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Managing menopause

Navigating the changes in our body during Perimenopause…

long term health Apr 29, 2024

Things are changing, you’re noticing things with your body aren’t what they were before you hit your 40’s – but fear not, we have the power to take control and make this transition smoother.

Let’s talk today about pelvic health and why things are suddenly feeling a little different.

Just like any other symptom of perimenopause (that’s the 10 years prior to actual menopause, which starts on average at 52) – the changes in our hormones are driving the symptoms that we notice.

The reducing Oestrogen can be particularly troublesome when it comes to pelvic health – here’s what you might notice…

  • Leaking and sudden urges that you didn’t have before when you cough, sneeze or jump

  • Dryness (vaginal) or skin irritation

  • Bladder sensitivity – sudden urges or needing to go more often

  • Weight gain around your middle – you’re eating and moving the same as before.


Oestrogen has a big impact on the make up of our soft tissues, and we notice a reduction in muscle mass and increase laxity in the tissues as it reduces.  With less muscle mass, we also have less to metabolise – because muscles are really active and need lots of energy, which is where all the talk about ‘fixing your metabolism’ comes in.

We often work with women who have suffered with a nasty, prolonged cough around this phase, and found that their pelvic floor just isn’t doing its job anymore.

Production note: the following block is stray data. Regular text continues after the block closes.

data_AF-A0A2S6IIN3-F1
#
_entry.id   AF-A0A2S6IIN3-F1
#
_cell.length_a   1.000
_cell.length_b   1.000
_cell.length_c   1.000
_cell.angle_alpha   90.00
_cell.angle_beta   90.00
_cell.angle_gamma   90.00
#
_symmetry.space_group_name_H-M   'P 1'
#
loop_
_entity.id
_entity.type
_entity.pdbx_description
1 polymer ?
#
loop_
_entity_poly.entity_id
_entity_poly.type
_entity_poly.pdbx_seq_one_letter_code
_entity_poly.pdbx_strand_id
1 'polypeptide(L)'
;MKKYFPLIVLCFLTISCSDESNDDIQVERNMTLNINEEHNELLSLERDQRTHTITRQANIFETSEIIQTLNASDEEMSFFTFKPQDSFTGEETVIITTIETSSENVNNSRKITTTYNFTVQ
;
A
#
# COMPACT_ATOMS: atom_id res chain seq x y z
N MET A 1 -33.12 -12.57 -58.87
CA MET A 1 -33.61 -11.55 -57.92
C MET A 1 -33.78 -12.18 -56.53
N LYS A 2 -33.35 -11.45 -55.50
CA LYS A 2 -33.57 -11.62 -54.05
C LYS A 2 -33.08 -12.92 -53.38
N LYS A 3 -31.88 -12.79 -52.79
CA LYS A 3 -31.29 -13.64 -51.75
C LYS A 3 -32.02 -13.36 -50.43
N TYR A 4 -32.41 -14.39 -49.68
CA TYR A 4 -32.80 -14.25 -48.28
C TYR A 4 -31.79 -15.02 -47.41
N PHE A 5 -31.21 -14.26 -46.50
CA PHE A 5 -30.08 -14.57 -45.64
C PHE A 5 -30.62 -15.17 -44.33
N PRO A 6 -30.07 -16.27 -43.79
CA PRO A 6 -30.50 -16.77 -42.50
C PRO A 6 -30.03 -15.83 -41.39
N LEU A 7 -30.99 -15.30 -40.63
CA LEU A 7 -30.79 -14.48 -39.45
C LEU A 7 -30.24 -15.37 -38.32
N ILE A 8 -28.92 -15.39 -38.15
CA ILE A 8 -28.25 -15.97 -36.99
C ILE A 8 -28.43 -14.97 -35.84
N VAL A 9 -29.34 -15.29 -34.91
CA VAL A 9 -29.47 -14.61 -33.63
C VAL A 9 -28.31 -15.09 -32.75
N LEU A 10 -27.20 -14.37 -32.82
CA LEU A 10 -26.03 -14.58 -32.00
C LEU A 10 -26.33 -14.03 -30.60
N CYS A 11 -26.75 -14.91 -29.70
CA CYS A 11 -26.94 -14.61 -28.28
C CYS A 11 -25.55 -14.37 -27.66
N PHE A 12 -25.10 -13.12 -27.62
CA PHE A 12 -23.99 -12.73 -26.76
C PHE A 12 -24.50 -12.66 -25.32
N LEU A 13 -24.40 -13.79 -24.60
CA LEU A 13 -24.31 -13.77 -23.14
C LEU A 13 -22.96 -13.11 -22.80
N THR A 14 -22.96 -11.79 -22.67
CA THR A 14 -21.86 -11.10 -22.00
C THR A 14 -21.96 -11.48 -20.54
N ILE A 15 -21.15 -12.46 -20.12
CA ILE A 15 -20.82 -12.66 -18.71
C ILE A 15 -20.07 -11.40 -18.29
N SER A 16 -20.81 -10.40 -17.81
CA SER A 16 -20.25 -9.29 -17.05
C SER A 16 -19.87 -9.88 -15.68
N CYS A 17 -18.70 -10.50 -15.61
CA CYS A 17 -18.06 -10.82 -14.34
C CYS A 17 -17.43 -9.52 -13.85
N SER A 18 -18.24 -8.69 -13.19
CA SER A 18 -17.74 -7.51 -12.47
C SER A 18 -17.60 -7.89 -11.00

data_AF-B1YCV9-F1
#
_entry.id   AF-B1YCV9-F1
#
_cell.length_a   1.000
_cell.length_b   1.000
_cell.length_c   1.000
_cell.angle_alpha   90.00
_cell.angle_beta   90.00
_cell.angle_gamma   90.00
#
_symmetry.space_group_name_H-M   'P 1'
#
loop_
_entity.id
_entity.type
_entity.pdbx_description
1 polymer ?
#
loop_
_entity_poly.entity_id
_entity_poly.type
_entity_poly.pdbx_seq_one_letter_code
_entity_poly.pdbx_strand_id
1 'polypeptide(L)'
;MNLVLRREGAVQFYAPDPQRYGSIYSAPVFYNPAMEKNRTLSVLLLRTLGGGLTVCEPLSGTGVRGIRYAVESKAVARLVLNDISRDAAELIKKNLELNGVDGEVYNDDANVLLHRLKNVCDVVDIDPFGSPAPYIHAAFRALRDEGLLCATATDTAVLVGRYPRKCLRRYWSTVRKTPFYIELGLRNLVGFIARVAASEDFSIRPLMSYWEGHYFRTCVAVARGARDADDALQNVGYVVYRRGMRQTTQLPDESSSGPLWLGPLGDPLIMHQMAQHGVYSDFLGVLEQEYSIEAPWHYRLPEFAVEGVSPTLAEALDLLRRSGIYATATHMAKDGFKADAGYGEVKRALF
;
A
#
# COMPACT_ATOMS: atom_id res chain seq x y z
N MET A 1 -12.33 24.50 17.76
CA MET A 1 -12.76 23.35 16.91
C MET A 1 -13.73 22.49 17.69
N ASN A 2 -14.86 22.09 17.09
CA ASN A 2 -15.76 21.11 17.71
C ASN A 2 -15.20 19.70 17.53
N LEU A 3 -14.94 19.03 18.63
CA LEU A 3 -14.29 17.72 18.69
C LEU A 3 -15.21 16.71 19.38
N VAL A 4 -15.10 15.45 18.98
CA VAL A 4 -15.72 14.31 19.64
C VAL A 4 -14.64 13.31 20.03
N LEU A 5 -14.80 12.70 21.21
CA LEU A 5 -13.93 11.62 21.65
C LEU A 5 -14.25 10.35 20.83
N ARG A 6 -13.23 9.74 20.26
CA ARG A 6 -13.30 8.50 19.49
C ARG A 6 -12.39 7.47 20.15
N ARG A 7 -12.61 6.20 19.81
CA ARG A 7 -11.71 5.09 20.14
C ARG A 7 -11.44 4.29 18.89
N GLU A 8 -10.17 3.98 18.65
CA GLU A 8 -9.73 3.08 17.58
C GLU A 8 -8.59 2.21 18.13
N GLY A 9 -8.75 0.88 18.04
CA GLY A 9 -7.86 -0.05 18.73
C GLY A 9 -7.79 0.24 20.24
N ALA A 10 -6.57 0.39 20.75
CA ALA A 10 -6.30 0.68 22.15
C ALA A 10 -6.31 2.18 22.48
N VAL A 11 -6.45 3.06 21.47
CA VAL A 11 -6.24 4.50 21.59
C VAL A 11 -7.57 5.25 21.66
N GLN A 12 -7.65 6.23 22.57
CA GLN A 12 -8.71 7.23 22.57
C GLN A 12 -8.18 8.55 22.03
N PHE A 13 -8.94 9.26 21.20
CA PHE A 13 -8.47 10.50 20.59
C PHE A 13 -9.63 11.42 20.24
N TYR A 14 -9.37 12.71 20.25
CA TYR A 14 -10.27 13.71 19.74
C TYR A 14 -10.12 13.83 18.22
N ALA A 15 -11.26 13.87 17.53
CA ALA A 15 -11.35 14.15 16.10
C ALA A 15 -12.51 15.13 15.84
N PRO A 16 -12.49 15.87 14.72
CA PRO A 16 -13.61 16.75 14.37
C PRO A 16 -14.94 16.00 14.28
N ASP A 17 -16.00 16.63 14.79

Of course, I always recommend you see a specialist women’s heath physio, and your GP for any changes in any stage, but there’s also a few things which can really help.

Empowering yourself…

Understanding what’s going on and what you can do about it is so empowering for women – this stuff really isn’t talked about enough.

Keeping your digestion in check with a healthy balanced diet, including variety of plant foods for fibre is important.

Using a step (or alternative) to put your feet on when opening your bowels, is great for optimising the pelvic alignment and reducing pressure on the pelvic floor muscles can have a big impact.

Keeping an eye on caffeine and alcohol consumption might also be needed to reduce bladder sensitivity – tak a look at some bladder re-training if you find you are needing to wee very often, especially when you’re trying to stay super-hydrated.

And finally, we can counteract the effect of reducing oestrogen levels on our muscles by completing some exercise, particularly whole body strength training and a focused core and pelvic floor programme – and as a bonus this can help other symptoms of the perimenopause too.

You can take a look at the Complete Pelvic Floor Masterclass for guidance on what to do and how to do it – it’s not quite as simple as just imagining you’re stopping the flow of wee, but there are some very simple and effective exercises that can be done at home, without the need to wear Lycra, that will strengthen these muscles and overcome the dwindling muscle mass caused by those bothersome hormones!  And when you work on your pelvic floor strength, you actually work on your core and whole body strength too – so you’ll feel much better for it.

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